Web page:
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Dear Captain,

I’ve just spent weeks reading through your archives. I’ve learned so much and made lots of plans for how to better interact with parents, friends and colleagues. One of the subjects I read about a lot are difficult mothers and mothers in law.

My husband’s mom is emotionally abusive and very sad all the time. For a few years after marriage, I tried to tiptoe around her and keep the peace… Not that it ever prevented screaming fights or insults where I was mostly silently stunned and my husband resignedly grabbed his coat and we left. After we had some kids things got both better and worse. My mil LOVES our kids and the only times I’ve seen her smile is around them. However, the bad times were worse because now there’s more to fight about (The baby’s name is already on the birth certificate! Drop it! We’re not changing the name!) and also because I don’t want her to someday hurt my kids the way she does my husband.

A few years ago, we stopped having any contact after a particularly bad episode. Recently, my husband has stated talking about reconciliation. I’m hesitant. I can see about 100 negatives and only 2 or 3 positives.

I can see that the scripts and advice you’ve posted would work really well to help manage this relationship – if we go ahead with seeing her again. But, just the thought of it makes me so tired. It is stressful and exhausting before, during and after to interact with her. And even using your advice – it’s a lot of mental and emotional work, especially now that I’m worrying over my kids and my husband-keeping all five (5!) of them calm, quiet, and out of her rampaging danger zone. We live so far away, and the number of times we’ve flown and arrived tired and hungry and unpacked the suitcases and then packed up and left in tears before dinner…Well, it’s more than twice!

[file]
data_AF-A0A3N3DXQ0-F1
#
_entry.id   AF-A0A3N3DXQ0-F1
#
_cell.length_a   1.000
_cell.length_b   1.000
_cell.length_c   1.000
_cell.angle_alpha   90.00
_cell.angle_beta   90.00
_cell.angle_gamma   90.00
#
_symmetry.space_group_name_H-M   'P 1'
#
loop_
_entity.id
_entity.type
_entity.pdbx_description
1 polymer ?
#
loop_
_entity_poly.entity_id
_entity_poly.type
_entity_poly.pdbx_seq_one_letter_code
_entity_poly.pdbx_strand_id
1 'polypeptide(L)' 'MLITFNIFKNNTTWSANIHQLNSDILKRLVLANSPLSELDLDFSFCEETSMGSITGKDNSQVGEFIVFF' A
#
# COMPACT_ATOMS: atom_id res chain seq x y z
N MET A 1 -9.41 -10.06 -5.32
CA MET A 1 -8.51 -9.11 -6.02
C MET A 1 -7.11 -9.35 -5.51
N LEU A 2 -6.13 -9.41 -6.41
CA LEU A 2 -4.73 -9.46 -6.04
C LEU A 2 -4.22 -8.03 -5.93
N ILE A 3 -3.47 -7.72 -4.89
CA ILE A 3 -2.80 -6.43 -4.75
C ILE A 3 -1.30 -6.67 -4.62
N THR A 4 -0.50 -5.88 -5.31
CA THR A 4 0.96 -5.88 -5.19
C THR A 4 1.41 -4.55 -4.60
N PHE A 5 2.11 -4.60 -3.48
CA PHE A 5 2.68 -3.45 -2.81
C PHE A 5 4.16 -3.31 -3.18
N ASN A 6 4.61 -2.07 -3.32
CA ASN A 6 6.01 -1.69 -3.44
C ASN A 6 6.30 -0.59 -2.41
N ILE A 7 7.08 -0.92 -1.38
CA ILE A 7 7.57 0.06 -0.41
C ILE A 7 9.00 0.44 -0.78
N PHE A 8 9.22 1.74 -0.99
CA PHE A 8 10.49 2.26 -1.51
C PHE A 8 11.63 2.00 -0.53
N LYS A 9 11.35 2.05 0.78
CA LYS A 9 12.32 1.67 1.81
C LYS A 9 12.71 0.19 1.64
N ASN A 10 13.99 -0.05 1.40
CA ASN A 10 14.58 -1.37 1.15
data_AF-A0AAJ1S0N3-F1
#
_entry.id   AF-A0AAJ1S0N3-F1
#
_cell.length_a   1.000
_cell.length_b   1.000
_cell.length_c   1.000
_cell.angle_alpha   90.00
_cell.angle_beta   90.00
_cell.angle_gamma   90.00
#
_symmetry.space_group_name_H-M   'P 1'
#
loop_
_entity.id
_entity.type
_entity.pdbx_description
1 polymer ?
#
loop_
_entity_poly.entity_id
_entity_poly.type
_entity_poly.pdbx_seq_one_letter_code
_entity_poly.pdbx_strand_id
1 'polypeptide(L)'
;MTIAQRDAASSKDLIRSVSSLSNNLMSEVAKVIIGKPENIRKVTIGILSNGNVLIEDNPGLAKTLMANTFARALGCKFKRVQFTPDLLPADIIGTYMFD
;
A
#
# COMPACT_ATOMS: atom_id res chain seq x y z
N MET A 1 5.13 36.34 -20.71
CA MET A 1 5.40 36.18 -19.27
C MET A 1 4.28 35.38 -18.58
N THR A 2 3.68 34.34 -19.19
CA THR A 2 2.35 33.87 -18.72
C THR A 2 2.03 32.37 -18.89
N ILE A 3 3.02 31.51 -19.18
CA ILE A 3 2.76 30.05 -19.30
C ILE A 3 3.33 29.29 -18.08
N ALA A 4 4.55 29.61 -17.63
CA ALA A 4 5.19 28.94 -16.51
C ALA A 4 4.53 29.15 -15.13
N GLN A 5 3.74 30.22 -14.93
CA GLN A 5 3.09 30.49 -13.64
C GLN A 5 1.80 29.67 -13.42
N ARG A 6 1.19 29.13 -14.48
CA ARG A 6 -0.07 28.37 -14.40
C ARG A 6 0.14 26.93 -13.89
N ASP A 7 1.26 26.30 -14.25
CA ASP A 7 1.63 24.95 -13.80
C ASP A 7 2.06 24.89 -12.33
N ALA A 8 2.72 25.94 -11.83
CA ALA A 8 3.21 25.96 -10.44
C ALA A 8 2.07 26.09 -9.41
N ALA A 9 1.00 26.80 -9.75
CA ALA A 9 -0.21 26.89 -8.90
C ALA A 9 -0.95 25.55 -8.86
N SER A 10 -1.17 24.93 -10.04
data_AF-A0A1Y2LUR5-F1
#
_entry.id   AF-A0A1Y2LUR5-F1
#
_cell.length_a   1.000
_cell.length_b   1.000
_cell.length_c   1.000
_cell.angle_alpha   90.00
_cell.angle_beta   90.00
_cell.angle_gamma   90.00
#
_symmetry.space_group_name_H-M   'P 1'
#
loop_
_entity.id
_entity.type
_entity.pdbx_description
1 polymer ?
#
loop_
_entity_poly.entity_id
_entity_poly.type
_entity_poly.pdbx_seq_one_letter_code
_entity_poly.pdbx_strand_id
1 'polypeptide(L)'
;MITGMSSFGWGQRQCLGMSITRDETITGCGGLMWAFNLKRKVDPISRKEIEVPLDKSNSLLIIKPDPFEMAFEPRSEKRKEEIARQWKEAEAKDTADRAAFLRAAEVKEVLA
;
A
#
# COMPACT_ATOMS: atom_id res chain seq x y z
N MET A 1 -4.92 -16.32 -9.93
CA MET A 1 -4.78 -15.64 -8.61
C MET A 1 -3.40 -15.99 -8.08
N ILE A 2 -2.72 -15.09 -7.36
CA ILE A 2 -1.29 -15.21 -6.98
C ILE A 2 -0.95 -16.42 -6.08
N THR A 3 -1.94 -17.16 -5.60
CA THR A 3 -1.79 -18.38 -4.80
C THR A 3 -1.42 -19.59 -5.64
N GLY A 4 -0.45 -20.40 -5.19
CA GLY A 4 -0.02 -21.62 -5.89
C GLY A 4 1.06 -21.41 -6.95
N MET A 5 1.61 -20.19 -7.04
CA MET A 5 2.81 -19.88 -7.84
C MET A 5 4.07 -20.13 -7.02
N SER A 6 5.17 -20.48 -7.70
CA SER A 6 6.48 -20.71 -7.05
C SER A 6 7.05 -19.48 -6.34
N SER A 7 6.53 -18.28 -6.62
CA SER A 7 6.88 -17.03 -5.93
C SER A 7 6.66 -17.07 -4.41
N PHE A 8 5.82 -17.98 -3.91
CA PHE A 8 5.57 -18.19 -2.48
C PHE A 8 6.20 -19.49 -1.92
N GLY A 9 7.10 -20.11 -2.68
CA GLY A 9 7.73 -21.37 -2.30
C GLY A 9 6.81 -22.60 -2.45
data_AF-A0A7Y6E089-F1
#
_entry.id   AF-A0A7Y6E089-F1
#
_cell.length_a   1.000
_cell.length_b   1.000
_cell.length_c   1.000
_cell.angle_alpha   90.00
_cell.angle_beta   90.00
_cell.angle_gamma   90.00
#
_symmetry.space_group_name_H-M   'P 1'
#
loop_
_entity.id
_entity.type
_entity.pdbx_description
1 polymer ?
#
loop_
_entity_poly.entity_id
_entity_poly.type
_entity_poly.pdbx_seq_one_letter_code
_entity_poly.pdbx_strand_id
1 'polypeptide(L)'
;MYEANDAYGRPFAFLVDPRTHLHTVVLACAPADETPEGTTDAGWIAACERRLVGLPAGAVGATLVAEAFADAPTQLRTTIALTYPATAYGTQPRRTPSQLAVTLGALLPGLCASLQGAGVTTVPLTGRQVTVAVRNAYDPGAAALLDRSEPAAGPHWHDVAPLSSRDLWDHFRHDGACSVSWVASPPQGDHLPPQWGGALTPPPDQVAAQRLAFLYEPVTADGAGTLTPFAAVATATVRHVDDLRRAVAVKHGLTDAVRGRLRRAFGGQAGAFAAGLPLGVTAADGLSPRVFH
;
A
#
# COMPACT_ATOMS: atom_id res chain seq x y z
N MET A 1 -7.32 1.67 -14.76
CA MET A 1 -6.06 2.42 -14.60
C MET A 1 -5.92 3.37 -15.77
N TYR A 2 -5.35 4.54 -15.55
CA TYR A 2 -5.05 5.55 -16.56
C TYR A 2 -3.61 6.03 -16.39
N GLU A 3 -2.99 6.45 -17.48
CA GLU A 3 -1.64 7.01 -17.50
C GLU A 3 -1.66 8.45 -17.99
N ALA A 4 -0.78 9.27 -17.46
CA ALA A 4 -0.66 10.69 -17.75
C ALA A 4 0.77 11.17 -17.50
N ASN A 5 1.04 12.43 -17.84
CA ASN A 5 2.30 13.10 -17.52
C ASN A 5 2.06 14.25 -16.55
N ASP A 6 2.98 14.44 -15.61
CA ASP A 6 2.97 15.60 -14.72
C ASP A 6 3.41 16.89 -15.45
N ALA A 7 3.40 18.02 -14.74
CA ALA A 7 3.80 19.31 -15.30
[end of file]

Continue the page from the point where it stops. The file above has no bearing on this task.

My husband is great, smart, easy -going, and a wonderful dad. He won’t reconcile without my support and help. So if I say no – it’s no. If I say yes, I have to go there WITH him to keep him steady and notice when the fighting has become too much and say, “it’s time to leave,” and drive away. I think he relies on me too much, but when I don’t want to see her, he won’t go.

She’s a lonely, sad woman who has driven away all of her family and friends. Is my exhaustion at the thought of having to “deal with her” a good enough reason to keep away?

Thank you for any advice you have.

P.S. If you have the magic combination of words that would convince her to see a therapist, I’d appreciate them.

Thank you,
Fulfilled and happy career gal, mom, and wife… Turned exhausted stressed-out shell by MIL

Hello and welcome to Awkwardland!

If your husband wants to try reconciling with his mom, I think it’s up to him to figure out a process that might work and to put supports in place for himself to make it possible, and I think that it’s okay for you to put the onus on him to do the work here.

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Dear Captain,

My husband is serially unemployed. Over the 8 or so years we’ve been together, it’s been a cycle: 12 months employed, six months unemployed, 18 months employed, 1 year unemployed, six months underemployed freelance, on and on.

I have been fortunate to find well-paid work in my field and have no trouble staying employed full-time. In the past decade, I’ve never been away from work for more than 10 days straight.

Now, on the one hand, I am so glad I can cover the bills every time he gets laid off or fired. I think we have an above-average marriage. He’s my best friend. Of course I’m going to support him through the hard times.